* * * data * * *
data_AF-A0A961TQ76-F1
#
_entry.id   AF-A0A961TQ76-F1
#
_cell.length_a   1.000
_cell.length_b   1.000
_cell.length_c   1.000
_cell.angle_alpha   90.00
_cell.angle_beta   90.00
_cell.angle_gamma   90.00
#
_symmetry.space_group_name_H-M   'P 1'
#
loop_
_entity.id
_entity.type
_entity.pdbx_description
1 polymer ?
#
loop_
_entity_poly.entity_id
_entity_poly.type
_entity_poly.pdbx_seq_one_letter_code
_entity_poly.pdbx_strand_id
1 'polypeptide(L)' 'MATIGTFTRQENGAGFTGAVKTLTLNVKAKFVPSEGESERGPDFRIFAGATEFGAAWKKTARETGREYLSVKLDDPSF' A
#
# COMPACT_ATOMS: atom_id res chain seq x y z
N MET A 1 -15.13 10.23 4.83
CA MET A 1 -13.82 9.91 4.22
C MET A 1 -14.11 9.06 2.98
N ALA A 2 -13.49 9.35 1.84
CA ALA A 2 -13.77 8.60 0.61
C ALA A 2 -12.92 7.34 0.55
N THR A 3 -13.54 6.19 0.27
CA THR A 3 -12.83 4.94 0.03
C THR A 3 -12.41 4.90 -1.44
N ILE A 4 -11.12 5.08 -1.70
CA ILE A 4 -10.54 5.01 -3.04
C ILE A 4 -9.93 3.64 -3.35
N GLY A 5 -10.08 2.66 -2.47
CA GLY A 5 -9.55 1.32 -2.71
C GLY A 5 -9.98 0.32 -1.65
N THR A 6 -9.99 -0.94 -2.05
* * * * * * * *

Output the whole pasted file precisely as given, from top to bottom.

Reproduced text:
data_AF-A0A961TQ76-F1
#
_entry.id   AF-A0A961TQ76-F1
#
_cell.length_a   1.000
_cell.length_b   1.000
_cell.length_c   1.000
_cell.angle_alpha   90.00
_cell.angle_beta   90.00
_cell.angle_gamma   90.00
#
_symmetry.space_group_name_H-M   'P 1'
#
loop_
_entity.id
_entity.type
_entity.pdbx_description
1 polymer ?
#
loop_
_entity_poly.entity_id
_entity_poly.type
_entity_poly.pdbx_seq_one_letter_code
_entity_poly.pdbx_strand_id
1 'polypeptide(L)' 'MATIGTFTRQENGAGFTGAVKTLTLNVKAKFVPSEGESERGPDFRIFAGATEFGAAWKKTARETGREYLSVKLDDPSF' A
#
# COMPACT_ATOMS: atom_id res chain seq x y z
N MET A 1 -15.13 10.23 4.83
CA MET A 1 -13.82 9.91 4.22
C MET A 1 -14.11 9.06 2.98
N ALA A 2 -13.49 9.35 1.84
CA ALA A 2 -13.77 8.60 0.61
C ALA A 2 -12.92 7.34 0.55
N THR A 3 -13.54 6.19 0.27
CA THR A 3 -12.83 4.94 0.03
C THR A 3 -12.41 4.90 -1.44
N ILE A 4 -11.12 5.08 -1.70
CA ILE A 4 -10.54 5.01 -3.04
C ILE A 4 -9.93 3.64 -3.35
N GLY A 5 -10.08 2.66 -2.47
CA GLY A 5 -9.55 1.32 -2.71
C GLY A 5 -9.98 0.32 -1.65
N THR A 6 -9.99 -0.94 -2.05